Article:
The future as we know it – Solis Norton 2018

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There was virtually no mention of the role of energy in agriculture. Nor discussion of the risk or impact of restrictions on production and trade resulting from emissions regulations or high energy costs. I found this deeply alarming.

By Solis Norton, 2018 Nuffield New Zealand Scholar

The Nuffield Contemporary Scholars Conference mixed some 100 plus forward thinking rural professionals from around the world for a week in an intense learning environment. The group was primed by top level speakers, who outlined current and projected issues for global primary food production. They then burst onwards into networking, brainstorming, and debates on the path ahead in the coming decades.

The diversity and intensity of discussion held all day and long into the night is hard to describe. The broad spectrum of professional experience and opinion, in a positive and engaging environment created conversations that became quite literally storms of ideas across the agricultural landscape.

A while later in the relative calm of the long haul flight to Washington I picked around in the debris for a conclusion and what I found was this.

Yes, there are global reports describe how food production and the human population will look in 2050. Roughly double the food and nine billion people being a widely held consensus. But these reports should be closely accompanied by two critical points. The first; they are based only on what has happened in the past. The second; they represent the distillation of many expert opinions, which on an individual level often diverge extensively. Don’t be thinking for a moment that they are all in agreement, or that the path to 2050 is even remotely clear.

Africa is a good example. On the one hand, there is concern at population growth rates there, the low level of agricultural development, and the questionable ability of developed nations to supplement its food production in future. On the other hand the potential to increase food production there is great, the average age is low, and their level of connectivity to the internet is growing rapidly. Relative to the over exploited systems of developed countries, the aged farming population, and great burdens of debt, Africa is a resource, and as likely to be exporting food in 2050 as importing it.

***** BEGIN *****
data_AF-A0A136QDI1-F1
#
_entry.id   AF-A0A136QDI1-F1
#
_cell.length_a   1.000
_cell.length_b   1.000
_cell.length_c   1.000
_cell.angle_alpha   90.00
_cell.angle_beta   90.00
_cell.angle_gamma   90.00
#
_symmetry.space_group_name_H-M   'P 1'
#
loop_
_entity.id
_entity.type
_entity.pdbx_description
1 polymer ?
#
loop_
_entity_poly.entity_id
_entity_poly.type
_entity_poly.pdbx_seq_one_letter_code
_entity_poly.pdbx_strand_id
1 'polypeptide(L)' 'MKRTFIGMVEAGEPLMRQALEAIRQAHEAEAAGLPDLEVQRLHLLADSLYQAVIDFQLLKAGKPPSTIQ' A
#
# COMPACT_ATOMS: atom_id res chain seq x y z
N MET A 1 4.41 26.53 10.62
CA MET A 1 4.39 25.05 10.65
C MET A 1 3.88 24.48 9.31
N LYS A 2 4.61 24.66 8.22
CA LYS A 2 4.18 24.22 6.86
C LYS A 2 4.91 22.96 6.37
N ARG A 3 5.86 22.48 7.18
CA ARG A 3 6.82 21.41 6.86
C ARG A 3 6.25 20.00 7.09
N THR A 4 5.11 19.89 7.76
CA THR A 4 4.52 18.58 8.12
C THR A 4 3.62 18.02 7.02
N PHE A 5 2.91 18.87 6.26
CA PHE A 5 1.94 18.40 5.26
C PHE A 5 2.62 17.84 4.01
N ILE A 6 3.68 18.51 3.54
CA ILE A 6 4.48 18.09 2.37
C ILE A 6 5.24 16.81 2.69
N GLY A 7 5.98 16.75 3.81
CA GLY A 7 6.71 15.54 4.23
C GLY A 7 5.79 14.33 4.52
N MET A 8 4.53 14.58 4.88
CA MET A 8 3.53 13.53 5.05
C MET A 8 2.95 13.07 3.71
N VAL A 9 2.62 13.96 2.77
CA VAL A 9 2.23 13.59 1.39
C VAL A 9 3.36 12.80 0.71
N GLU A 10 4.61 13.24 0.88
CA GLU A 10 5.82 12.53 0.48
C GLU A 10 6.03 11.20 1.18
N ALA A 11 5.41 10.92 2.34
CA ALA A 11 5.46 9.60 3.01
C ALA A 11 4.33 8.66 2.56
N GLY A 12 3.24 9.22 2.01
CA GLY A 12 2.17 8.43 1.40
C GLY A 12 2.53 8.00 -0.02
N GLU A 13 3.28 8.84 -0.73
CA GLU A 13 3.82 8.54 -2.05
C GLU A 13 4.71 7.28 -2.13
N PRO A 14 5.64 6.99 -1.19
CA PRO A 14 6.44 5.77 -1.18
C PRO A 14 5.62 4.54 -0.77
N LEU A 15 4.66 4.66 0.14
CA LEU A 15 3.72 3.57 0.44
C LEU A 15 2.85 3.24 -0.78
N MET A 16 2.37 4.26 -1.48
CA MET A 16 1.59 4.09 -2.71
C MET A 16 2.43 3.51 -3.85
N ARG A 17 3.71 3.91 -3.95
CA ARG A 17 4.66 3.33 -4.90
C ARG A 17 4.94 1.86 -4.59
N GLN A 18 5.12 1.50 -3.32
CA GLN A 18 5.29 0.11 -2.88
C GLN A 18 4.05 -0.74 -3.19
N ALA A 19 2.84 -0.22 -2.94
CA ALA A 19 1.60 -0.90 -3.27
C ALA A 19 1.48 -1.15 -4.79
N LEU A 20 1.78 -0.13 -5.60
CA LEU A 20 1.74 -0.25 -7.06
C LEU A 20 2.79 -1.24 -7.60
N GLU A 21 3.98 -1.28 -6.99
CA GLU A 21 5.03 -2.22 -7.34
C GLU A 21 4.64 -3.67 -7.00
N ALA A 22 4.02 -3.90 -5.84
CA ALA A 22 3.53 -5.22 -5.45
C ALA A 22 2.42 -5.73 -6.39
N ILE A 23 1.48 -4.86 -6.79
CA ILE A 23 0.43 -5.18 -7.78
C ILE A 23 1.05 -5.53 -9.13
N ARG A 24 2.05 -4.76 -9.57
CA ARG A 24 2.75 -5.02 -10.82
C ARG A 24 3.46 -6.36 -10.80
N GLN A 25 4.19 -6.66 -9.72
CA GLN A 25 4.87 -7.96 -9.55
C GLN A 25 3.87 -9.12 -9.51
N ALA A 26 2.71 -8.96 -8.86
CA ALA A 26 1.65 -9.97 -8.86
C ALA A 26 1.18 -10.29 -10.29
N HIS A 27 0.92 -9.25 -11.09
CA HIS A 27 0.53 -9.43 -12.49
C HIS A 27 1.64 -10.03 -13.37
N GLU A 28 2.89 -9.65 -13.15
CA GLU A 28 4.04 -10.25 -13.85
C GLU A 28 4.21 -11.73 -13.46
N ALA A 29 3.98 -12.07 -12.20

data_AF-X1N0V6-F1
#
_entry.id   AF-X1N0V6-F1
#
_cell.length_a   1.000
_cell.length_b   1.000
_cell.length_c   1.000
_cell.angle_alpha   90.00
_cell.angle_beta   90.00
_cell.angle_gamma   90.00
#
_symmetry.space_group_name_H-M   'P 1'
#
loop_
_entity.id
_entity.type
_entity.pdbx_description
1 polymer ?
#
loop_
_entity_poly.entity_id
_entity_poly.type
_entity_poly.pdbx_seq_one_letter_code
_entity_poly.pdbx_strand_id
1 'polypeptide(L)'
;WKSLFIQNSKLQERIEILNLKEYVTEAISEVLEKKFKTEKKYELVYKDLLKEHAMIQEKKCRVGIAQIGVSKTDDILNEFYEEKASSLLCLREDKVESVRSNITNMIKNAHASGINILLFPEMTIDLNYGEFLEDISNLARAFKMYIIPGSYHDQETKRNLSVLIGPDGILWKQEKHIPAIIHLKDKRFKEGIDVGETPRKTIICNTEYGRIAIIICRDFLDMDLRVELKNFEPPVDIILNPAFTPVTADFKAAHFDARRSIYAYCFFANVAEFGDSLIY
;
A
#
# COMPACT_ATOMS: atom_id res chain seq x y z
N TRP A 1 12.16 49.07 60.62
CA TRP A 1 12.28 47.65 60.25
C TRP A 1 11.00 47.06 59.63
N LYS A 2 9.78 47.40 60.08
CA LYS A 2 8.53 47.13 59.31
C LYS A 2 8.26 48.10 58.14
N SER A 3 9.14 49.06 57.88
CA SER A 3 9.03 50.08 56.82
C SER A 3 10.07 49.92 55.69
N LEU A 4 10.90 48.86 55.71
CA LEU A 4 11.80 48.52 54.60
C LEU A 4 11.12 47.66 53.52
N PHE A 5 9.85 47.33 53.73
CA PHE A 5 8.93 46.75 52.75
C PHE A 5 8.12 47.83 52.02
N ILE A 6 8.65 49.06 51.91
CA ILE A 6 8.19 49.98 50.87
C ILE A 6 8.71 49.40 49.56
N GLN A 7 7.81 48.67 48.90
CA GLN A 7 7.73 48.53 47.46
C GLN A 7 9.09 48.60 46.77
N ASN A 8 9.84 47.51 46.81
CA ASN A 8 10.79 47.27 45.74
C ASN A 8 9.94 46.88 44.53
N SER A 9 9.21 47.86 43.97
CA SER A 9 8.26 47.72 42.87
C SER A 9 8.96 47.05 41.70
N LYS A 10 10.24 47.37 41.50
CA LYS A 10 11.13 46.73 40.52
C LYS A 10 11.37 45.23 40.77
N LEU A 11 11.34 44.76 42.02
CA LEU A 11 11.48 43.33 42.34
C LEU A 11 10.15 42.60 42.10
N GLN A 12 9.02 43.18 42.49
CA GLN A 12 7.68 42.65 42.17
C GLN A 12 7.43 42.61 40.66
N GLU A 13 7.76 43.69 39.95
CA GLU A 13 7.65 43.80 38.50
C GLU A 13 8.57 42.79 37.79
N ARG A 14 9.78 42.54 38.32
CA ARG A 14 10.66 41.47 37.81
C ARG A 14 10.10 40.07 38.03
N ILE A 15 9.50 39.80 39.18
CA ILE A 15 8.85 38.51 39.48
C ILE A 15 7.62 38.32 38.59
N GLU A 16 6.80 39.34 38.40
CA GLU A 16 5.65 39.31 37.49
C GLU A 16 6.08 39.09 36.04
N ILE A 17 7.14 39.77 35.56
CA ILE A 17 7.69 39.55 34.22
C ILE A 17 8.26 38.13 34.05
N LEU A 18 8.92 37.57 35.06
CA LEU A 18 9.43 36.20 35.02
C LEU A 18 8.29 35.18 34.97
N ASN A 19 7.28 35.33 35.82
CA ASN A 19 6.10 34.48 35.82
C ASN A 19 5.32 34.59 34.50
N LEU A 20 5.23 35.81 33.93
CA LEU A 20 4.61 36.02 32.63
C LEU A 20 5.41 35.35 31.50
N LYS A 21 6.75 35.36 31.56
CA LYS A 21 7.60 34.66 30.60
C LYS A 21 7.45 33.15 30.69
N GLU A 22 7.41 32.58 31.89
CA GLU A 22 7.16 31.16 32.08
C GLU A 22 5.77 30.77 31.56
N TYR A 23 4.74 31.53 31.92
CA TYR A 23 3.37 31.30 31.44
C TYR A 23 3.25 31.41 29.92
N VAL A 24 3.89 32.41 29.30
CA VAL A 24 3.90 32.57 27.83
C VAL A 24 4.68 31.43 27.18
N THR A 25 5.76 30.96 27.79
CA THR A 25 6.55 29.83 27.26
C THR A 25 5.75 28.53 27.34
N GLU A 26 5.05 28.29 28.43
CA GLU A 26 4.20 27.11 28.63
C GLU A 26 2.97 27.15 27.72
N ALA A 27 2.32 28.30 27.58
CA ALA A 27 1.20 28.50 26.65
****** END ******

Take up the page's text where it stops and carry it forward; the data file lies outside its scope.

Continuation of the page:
Despite the ‘ifs’ and ‘buts’ in combining the political, social, economic, cultural, and environmental dimensions of global food production there are some big pictures worth noting.

One is rapidly growing concern at increasing protectionism and populism and their impact on trade. Where this ends up is anyone’s guess which makes it even more alarming.

Another is how to repair the growing disconnection between the producer and consumer. The comparatively low cost and abundance of food that was such a wonderful achievement following the second world war is now working directly against farmers as consumers lose appreciation for it. This model needs to be fixed.

A third is the ‘race to the bottom’ for lowest cost food production. Often perceived to be achievable through intensification and technological advancement it goes hand in hand with debt. This model needs fixing too and is a particular risk for farmers in New Zealand. There was a surprisingly strong consensus that the more intense systems we saw on farm visits during the conference were well beyond reasonable ethical and environmental limitations. We saw first-hand the growing tension between sustainability and profit.

Another is shifting climate. Farmers from every corner of the planet spoke of sensing changes in their local climatic conditions. This came with no small amount of apprehension.

And of course the old dogs of commodity versus value add production, subsidies, a shortage of good labour, and the price of land were all in the mix too.

There was virtually no mention of the role of energy in agriculture. Nor discussion of the risk or impact of restrictions on production and trade resulting from emissions regulations or high energy costs. I found this deeply alarming.

In short, the Contemporary Scholars Conference contrasted the very diverse opinions on our path to 2050. This was both daunting and exciting. The perennial issues in agriculture are alive and well, particularly protectionism, consumer perception, and sustainability along with climate. I came away feeling that there is room to manoeuvre to meet the challenges ahead. But proactive and genuine change will be essential to our success.

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